Google Expands Chromebook Sales to Walmart and Staples Stores

 
 
By Todd R. Weiss  |  Posted 2013-06-18 Email Print this article Print
 
 
 
 
 
 
 


"If you look at Chromebooks from a market strategy standpoint, most of them are priced quite aggressively," said Charles King, principal of Pund-IT. "Walmart is going to expose the products to a huge consumer base that is extremely price-sensitive."

That's even more so in the United States, he said, where the "market seems to be moving away from traditional packaged software applications toward interactions that are primarily online-based or that utilize very specific types of applications. If you look at the way most people use the Web in most cases, maybe they are using a productivity app or maybe email. But the vast majority of their time is spent online. That's a use where the Chromebook excels."

Meanwhile, the Staples partnership will expose more small business people to Chromebooks, which will also help Google sell more of the devices, said King. "The two-pronged focus could work very well for Google."

Maribel Lopez, principal of Lopez Research, told eWEEK in an email reply that "Google's Chromebook needs to get as much exposure as possible" for it to be more successful in the marketplace.

"Walmart wouldn't be my first choice, but the price is right for that channel and the scale of its retail stores makes sense for Google," wrote Lopez. "Target has a 'hipper' branded image and I expect to see it there."

The challenge remains, however, for Google to really drive sales of Chromebooks against competitors, many of which are fully featured laptops that can do more while also storing large amounts of data on the devices, wrote Lopez. "At the end of the day, I don't expect Google Chromebooks to challenge any of the major platforms in terms of sales."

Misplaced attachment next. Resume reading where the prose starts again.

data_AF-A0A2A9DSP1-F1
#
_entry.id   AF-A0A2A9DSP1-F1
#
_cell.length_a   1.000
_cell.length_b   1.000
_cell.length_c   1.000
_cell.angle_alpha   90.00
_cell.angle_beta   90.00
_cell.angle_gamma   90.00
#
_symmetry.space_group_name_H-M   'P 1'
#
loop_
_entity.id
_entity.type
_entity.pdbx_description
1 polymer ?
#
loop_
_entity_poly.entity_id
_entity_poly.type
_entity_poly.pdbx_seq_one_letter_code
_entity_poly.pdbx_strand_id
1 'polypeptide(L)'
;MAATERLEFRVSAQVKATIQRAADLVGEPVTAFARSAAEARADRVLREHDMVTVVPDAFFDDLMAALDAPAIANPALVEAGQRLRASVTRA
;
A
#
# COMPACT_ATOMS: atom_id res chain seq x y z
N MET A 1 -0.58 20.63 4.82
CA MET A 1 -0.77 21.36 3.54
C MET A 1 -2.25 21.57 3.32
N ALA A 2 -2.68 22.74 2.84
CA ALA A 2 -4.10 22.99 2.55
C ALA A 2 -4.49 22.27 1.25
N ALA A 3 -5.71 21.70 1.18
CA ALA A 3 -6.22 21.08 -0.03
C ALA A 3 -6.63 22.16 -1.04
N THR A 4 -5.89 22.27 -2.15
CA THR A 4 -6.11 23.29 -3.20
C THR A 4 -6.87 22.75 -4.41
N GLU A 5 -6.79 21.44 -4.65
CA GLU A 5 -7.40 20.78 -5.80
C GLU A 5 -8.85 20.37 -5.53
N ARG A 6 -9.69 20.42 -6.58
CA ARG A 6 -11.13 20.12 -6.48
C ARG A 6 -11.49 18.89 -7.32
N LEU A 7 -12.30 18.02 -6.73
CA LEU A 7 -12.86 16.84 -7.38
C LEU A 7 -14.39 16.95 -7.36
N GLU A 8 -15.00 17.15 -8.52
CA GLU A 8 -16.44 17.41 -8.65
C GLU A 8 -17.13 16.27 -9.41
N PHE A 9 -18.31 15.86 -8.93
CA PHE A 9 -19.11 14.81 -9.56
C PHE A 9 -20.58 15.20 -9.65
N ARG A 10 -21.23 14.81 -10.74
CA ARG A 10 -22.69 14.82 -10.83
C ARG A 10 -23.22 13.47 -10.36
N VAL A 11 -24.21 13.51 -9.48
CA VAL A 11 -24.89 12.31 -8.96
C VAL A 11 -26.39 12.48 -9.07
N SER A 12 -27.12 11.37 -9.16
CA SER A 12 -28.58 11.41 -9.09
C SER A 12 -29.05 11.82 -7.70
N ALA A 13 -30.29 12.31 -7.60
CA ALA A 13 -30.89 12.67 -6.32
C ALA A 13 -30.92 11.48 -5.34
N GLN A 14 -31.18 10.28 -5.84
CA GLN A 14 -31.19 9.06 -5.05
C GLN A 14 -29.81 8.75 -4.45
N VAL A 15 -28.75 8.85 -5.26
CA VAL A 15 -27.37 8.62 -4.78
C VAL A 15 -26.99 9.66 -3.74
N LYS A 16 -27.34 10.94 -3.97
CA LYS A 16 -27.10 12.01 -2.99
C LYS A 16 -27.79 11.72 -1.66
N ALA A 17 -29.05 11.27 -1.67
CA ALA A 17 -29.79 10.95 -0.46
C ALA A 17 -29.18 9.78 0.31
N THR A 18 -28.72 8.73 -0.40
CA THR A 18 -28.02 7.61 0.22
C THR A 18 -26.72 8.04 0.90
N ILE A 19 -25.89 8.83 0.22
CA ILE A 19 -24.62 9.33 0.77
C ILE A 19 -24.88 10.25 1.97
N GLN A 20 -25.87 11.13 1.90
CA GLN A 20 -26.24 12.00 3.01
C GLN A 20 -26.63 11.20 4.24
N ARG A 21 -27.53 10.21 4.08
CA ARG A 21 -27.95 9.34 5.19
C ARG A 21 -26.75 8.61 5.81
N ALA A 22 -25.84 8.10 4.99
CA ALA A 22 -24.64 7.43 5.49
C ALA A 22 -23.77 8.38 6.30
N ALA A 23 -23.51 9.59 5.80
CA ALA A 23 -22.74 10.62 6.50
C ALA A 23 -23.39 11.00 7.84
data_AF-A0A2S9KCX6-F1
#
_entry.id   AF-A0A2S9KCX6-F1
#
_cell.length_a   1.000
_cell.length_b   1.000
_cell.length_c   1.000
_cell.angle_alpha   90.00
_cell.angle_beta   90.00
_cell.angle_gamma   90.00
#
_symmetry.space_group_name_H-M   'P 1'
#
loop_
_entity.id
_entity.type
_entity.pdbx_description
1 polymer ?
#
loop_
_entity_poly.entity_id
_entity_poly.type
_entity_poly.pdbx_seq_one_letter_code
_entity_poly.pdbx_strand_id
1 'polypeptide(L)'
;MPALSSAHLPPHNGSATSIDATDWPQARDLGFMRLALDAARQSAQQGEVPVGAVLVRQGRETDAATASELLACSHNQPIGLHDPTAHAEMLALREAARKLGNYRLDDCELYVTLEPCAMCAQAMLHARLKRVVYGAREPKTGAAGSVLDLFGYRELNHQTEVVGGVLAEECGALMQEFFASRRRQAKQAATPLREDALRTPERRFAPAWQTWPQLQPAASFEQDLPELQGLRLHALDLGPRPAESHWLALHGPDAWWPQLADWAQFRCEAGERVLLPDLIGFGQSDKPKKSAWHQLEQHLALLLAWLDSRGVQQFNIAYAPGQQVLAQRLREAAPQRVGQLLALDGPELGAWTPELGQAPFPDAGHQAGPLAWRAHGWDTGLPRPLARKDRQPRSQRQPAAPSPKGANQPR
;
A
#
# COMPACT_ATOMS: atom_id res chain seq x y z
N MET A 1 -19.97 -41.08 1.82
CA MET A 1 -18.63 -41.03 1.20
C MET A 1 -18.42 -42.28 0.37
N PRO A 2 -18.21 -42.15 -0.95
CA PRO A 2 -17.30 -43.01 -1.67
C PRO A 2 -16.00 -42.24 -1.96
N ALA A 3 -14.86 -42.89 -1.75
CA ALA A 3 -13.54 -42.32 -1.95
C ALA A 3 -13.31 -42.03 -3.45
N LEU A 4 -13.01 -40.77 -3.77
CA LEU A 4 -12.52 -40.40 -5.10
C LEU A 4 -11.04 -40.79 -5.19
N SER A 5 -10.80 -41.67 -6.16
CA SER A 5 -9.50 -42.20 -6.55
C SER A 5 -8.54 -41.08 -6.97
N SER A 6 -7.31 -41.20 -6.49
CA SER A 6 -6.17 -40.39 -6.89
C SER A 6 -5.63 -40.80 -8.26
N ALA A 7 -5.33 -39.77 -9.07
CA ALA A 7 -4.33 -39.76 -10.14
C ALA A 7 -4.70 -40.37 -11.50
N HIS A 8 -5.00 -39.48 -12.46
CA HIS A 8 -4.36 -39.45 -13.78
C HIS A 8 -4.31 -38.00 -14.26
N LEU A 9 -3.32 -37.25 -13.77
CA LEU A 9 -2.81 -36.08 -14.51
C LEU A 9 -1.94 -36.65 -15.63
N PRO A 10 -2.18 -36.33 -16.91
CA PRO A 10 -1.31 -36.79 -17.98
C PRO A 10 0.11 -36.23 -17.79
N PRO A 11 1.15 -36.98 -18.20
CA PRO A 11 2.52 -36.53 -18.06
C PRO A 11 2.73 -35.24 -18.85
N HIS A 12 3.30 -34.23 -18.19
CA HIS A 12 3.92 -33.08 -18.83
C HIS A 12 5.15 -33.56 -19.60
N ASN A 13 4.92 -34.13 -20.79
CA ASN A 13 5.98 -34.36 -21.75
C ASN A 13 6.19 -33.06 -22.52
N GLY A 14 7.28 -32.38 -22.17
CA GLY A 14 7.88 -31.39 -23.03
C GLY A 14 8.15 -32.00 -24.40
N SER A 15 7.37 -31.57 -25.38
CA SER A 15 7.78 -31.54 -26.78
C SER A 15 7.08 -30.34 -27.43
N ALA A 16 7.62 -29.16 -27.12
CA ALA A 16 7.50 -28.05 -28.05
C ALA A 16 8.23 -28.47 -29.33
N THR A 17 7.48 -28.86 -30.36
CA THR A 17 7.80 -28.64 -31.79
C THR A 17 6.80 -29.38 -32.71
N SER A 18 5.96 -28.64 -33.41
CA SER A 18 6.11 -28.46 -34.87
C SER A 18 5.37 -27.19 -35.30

One issue is that "Chromebooks aren't about the hardware as much as they are about getting  people to use all Google services such as Chrome browser and Google Apps," wrote Lopez. "Google still makes money from understanding user behavior and monetizing it. For example, the K-12 schools in Malaysia will be using Chromebooks. Imagine what types of insights on user behavior [and other data] that could be learned."

Back in March, Google had unveiled an earlier expansion of Chromebook sales to six more nations and to additional Best Buy stores in the U.S. At that time, the smaller, lighter and inexpensive Internet-centric computers were being rolled out by Acer, Hewlett-Packard and Samsung in Australia, Canada, France, Germany, Ireland and the Netherlands.

Consumers, however, haven't been jumping aboard the Chromebook bandwagon in huge numbers, based on sales so far. In fact, several systems makers have released Chromebooks in the last year, but the systems haven't stuck with consumers, causing some vendors to retreat or try again with new machines that offer expanded features.



 
 
 
 
 
 
 
 
 
 
 
 
 

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